2015 PLANADVISER Adviser Value Survey

2015 PLANADVISER Adviser Value Survey - The Influence of Advisers on Retirement Plans

By Alison Cooke Mintzer See Archive >
2015 PLANADVISER Adviser Value Survey
Art by Adam McCauley

Value: the worth, importance or usefulness of something. In the world of retirement plan advisers, the word “value” is often followed by “proposition”—how advisers distinguish themselves to their plan sponsor clients and on what basis they expect their clients to judge them.

Creating a value proposition that distinguishes an adviser above the rest of his peers is a challenge for all advisers—not just those in the retirement plan space. A 2014 study by Pershing suggests that an effective value proposition should answer this critical client question: “Why should I choose your firm over the competition?” However, Pershing found, 60% of clients polled said that prospecting advisers from competing firms make similar or identical service-related promises to them, which makes it difficult for them to distinguish between the various advisory firms’ pitches.

Oftentimes in the retirement plan marketplace, advisers’ value propositions center around their fiduciary, plan-design and investment expertise. There is no doubt that skilled plan advisers are effective at improving retirement plan design and driving formal oversight. But, according to the 2015 PLANADVISER Adviser Value Survey, when attempting to quantify the value of an adviser to defined contribution (DC) retirement plans, the numerical values are, surprisingly, a bit challenging to discern.

In fact, the data—which segments the 2014 PLANSPONSOR Defined Contribution Survey respondents into two categories based on whether they answered yes or no to the question “Does your plan employ the services of a retirement plan adviser?”—show that the average and median balances for plans with an adviser are actually slightly lower than those without the benefit of an adviser’s touch. Even more startling, plans with an adviser have only slightly higher average participation rates, and the average deferral rates are exactly the same.

Although in many categories, the statistical differences between plans with an adviser and plans without are merely a few percentage points, plans with an adviser are more likely to run their plan in alignment with fiduciary best practices—and plan sponsors are pleased with their adviser services. However, advisers should document not only the impressive results they have had with previous clients but also those that will confirm their value to their current clients.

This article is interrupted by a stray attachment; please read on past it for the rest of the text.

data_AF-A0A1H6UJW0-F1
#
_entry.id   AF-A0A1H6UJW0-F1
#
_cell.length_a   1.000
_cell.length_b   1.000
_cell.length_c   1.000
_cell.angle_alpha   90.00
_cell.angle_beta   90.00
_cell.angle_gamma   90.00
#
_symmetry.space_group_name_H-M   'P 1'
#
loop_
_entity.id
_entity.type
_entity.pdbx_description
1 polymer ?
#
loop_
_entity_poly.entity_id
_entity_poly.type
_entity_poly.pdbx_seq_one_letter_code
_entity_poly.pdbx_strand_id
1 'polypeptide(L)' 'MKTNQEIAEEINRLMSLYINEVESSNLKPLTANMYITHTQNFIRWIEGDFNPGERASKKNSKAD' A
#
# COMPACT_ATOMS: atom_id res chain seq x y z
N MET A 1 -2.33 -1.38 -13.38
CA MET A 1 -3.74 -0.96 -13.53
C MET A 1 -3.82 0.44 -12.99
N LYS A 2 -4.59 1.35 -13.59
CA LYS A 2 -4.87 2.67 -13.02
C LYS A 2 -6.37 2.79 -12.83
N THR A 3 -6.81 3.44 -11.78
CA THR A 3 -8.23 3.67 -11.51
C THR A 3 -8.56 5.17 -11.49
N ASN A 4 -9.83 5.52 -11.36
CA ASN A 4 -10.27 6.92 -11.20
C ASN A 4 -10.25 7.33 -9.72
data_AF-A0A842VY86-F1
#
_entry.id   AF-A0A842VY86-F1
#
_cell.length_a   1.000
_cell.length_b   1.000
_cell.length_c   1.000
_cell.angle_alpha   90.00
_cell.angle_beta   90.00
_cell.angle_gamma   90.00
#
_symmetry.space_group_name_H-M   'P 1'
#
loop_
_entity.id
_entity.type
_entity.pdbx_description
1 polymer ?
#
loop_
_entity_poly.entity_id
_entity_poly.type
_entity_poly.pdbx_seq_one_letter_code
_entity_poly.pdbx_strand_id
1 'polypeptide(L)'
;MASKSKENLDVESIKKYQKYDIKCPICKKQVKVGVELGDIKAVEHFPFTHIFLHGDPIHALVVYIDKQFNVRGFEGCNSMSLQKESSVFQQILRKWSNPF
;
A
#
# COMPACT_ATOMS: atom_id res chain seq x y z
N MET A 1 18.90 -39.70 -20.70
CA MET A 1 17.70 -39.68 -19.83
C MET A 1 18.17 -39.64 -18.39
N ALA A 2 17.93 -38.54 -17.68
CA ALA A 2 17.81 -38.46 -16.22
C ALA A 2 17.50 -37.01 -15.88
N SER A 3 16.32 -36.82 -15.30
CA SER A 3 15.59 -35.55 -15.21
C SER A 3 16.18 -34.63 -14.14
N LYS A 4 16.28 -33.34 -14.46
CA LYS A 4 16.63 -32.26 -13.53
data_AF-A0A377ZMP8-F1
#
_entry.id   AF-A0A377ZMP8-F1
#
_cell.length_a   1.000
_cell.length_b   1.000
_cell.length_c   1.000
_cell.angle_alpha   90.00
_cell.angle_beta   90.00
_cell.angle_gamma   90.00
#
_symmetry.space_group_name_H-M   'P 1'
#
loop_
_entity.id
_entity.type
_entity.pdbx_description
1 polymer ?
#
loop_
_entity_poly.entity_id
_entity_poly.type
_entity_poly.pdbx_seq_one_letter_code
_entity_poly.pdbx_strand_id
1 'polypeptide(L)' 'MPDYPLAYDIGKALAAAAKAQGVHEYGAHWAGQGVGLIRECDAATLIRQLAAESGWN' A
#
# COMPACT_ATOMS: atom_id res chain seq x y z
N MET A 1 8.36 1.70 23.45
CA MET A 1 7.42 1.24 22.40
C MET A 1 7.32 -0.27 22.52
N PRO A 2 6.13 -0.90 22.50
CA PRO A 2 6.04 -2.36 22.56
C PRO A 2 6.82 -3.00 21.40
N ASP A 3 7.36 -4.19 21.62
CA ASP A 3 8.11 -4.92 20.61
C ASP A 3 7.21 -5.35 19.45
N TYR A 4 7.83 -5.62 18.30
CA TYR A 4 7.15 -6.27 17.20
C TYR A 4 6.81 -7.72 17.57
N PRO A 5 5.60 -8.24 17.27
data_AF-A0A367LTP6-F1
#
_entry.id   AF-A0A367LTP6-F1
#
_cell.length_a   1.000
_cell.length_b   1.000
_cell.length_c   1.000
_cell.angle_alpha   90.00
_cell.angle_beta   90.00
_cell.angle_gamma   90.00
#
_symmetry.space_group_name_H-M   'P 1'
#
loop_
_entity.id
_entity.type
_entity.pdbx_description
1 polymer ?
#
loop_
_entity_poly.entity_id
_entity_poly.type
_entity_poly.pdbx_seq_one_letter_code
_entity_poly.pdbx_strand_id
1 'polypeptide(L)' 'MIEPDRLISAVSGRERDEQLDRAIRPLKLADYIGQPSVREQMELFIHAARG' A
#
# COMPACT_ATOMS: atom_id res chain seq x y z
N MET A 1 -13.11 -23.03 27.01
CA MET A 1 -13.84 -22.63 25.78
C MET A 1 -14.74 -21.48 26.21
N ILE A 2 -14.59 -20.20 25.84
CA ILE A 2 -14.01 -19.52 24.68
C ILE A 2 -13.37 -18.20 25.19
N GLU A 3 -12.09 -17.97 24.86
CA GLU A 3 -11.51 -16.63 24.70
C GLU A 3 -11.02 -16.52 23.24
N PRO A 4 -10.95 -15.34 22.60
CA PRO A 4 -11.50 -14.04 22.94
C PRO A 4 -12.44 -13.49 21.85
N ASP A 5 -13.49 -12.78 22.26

One thing the survey does not control for is the type—or quality—of the adviser working on the retirement plan; plan sponsors only had to confirm whether they have an adviser on their plan or not. One can assume that, especially in the smaller plans among the sample, there may be a number of non-retirement specialists. In order to try and negate the influence of non-specialists on the results, the entire data set was rerun eliminating all plans with less than $25 million in assets. However, though the numbers changed, all but a handful of data points were directionally the same when focusing on plans with more than $25 million in assets as they were when the whole data set was analyzed.

Adviser Usage

Larger plans tend to rely on advisers much more than smaller plans. The sweet spot for advisers is plans with assets above $50 million, up to $200 million, with nearly three-quarters (74.9%) of plans in this range retaining an adviser. Plans in every range leading up to this size increasingly use advisers. More than two-thirds (67.1%) of plans in the more than $25 million up to $50 million range, for example, use an adviser. However, once a plan tops $200 million in assets, the likelihood of it retaining one begins to tick downward, with 70.6% of plans in the more than $200 million to $500 million range utilizing an adviser.

By comparison, only 45.4% of plans with less than $1 million in assets and just 56.1% of plans with more than $1 million up to $5 million in assets have partnered with an adviser. The same holds true when analyzing plans by number of participants: 73.6% of plans in the 1,001-to-5,000-participant range and 72.7% of plans in the 5,001-to-10,000-participant range have an adviser, compared with 61.9% of plans in the 100-to-500-participant range and 53.6% of plans with fewer than 100 participants.